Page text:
Some men will give you good wishes and nothing more: but part company when the shoe of conscience begins to pinch your foot.

He who lies on the ground must expect to be trodden on.

Put your foot down where you mean to stand, and let no man move you.

A friend to everybody is a friend to nobody.

Getting spots off leopards is easy compared to trying to teach an obstinate man.

Rash vows are better broken than kept.
He who never changes, never mends; he who never yields, never conquers.

Give to a pig when it grunts and a child when it cries, and you’ll have fine pig and a spoiled child.

If you have no headaches in child-rearing, you’ll have heartaches later.
Can’t do it sticks in the mud; but “try” soon drags the wagon out of the rut.
The fox said “try” and got away from the hounds.
The bee said “try” and turned flowers into honey.
The ox said “try” and ploughed the field.
The lark said “try” and found his new wings took him to where his Father was singing.  “Try” made meat out of mushrooms.

Faint heart never won fair lady.

Believe in God and stick to hard work and see if the mountains are not removed.

Don’t wait for helpers. Try those two old friends – your strong arms.

You need not be a mule because you were born in a stable.

Teach a cow for seven years, but she’ll never learn to sing.

Teach a pig as long as you like, but he will never play the flute.

The bird can marry the fish: but where will they live?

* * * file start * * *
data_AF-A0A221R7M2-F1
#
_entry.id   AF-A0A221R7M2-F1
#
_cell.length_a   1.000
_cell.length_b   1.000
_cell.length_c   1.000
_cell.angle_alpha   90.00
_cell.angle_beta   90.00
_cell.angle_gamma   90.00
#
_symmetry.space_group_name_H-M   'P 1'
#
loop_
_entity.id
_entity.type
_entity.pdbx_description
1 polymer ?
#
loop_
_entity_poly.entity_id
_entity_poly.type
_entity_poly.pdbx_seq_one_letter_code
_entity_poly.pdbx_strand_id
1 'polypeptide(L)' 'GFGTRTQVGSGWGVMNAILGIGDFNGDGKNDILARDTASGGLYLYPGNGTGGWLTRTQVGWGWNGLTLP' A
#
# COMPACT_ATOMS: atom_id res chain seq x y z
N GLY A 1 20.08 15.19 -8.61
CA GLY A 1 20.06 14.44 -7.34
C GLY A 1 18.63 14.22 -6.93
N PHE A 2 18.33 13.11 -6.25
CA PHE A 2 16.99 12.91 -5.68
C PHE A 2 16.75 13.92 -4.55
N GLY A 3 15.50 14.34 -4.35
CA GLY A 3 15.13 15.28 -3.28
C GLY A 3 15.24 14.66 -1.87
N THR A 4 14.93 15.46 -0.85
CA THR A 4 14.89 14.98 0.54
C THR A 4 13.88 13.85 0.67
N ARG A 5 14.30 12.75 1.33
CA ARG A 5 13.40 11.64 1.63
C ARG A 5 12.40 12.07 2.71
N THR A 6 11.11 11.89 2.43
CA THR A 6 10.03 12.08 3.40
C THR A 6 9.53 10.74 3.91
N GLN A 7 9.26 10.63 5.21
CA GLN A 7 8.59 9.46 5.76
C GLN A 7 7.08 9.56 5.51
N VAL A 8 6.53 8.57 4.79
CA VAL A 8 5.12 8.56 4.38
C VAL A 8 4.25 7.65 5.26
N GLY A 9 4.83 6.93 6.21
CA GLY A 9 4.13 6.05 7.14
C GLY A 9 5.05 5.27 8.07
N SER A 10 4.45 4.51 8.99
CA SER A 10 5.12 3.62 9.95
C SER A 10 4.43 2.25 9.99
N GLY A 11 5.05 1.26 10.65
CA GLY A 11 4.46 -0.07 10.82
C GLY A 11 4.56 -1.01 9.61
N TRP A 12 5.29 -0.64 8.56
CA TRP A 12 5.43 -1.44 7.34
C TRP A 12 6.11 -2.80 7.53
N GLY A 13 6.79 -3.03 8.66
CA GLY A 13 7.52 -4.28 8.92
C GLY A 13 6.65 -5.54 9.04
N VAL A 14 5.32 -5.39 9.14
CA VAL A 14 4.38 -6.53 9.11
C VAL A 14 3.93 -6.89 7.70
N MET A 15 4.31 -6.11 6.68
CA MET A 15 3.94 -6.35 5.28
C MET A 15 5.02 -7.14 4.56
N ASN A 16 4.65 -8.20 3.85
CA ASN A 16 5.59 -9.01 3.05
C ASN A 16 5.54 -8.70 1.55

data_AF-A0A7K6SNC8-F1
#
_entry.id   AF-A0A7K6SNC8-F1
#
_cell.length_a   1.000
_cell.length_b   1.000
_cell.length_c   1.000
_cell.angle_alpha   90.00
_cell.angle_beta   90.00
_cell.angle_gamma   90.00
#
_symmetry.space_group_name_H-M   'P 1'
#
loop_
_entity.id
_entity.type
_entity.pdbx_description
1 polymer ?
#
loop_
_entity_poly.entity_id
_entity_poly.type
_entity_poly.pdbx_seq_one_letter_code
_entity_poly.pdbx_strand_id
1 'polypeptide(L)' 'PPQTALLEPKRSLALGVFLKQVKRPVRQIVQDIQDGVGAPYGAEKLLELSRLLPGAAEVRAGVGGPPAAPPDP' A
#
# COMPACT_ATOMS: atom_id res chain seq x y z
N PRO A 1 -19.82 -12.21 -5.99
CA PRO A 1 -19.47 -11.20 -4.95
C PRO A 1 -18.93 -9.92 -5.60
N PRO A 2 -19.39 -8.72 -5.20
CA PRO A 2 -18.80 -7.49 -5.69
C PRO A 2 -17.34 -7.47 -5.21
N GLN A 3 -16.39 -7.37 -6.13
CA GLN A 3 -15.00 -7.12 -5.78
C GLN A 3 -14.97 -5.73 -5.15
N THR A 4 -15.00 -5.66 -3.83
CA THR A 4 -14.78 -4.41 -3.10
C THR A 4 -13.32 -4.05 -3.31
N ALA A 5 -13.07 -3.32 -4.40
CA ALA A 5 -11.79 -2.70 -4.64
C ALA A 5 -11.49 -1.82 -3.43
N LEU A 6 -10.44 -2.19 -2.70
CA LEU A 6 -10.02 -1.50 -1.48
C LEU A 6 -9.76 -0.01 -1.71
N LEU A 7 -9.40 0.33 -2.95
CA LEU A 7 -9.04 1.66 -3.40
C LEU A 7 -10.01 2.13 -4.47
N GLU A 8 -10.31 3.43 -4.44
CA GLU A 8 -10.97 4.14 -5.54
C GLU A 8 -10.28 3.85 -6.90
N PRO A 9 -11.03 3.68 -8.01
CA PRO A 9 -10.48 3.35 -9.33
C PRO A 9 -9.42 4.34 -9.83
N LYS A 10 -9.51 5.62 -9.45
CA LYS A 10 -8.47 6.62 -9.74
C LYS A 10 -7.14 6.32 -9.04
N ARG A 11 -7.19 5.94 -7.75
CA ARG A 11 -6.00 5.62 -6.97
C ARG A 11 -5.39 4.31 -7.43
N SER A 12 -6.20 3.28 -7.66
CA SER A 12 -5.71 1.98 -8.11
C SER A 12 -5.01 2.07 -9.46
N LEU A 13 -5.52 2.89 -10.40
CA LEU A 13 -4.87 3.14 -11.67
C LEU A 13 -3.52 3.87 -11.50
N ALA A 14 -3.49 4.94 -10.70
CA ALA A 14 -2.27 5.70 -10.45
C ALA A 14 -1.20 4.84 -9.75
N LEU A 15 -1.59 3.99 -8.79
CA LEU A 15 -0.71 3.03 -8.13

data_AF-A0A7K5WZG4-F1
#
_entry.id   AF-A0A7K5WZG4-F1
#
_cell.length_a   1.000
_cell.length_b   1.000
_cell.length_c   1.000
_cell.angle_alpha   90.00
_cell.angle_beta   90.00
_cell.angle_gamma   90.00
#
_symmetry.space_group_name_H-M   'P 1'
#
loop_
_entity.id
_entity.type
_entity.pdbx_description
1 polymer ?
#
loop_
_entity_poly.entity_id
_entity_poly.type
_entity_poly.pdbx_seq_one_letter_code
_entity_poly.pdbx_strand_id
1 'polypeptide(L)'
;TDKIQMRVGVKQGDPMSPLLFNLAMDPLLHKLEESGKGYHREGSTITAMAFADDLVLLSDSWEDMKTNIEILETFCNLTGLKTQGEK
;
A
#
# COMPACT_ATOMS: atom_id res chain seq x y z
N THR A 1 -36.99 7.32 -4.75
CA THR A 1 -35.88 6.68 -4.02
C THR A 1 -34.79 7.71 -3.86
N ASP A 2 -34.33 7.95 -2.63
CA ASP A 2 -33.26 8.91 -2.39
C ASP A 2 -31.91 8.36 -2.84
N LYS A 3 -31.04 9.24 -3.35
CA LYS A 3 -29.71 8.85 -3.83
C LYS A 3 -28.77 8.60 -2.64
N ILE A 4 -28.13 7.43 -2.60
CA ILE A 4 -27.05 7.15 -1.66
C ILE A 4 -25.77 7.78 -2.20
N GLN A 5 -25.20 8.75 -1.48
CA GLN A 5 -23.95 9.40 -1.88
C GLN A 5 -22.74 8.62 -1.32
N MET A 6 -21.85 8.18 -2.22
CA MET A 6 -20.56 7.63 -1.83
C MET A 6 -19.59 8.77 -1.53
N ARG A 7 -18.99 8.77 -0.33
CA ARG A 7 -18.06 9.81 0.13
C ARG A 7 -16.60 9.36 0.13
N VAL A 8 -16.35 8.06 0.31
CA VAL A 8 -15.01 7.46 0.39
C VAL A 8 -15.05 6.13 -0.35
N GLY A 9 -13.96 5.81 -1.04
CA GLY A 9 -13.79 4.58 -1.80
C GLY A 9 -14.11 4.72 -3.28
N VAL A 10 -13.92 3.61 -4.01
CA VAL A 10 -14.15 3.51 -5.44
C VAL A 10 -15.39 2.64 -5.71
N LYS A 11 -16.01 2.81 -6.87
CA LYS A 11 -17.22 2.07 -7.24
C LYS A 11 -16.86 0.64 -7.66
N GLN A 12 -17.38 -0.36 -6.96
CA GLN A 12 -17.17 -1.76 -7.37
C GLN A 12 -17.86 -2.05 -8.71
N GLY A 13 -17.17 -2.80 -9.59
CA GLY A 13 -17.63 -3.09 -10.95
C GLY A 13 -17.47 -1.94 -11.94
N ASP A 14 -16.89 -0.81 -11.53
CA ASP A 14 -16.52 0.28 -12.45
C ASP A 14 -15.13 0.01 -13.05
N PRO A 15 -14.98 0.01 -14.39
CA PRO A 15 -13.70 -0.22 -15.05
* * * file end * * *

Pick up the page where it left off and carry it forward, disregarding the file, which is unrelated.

If the fox wants poultry for his cubs, he must carry the chickens himself.

The hare must run for himself, or the hounds will have him.

Trust in God, and keep your powder dry.

Don’t preach in gloves: cats in mittens catch no mice.

Money you earn is sweeter than any you get from a dead man’s bag.

What his father got with a rake, he threw away with a shovel.

He that waits for a dead man’s shoes may long go barefoot.

Hopes that grow out of graves are a grave mistake.

A gentleman without means is the same as plum-pudding without plums.

A young gambler is sure to become an old beggar.

The drunkard drinks and washes out what little sense he has.

Plain water neither makes a man sick nor in debt.

If fools didn’t go to market, bad goods would never be sold.

A good horse cannot be a bad color.

Where eggs are five for a penny, four of them are rotten.

They buy what they neither want nor need because it is a bargain.

Some are as merry as mice on small wages, and others are wretched as rats in a trap on twice that amount.

If you have little money, have little desires.

Poverty is no shame: discontentment is.

Hunger finds no fault with the cook. 
Complainers think the snow falls thickest round their door, the hail rattles hardest on their windows, and that their own small feathers are as heavy as lead.
Patience is good medicine, but not every garden grows the herbs to make it with.

They chew the bitter pill, but have no sense to swallow it with a cup of patience.

Every time the sheep bleats, it loses a mouthful, and every time we complain, we miss a blessing.
He who lives on hope alone has a slim diet.

Hope is an anchor: but an anchor must have something to hold on to.

Hope without grounds is a knife without a blade.

Hope is hopeless when it looks for crops without sowing seeds.

He who marries a rich girl and hopes to make her a good wife might as well buy a goose and expect it to turn into a thoroughbred.

Jesus said a man might as well try gather grapes from a thorn tree as look for a happy hereafter at the end of a bad life.

When a man dies drunk, they say I hope he’s gone to heaven. You may as well walk into a pond and hope to come out dry.

Ploughing the air is not half as profitable as it is easy – and he who does so hopes to find apricots on a pear tree.

They hope to ride in coaches…and the coaches run over them.

Expect to get half of what you earn – and none of what you lend – and you’ll be closer to the mark.

You can leave an inheritance; but better not to tell your son of it, for fear he will not plough so straight a furrow.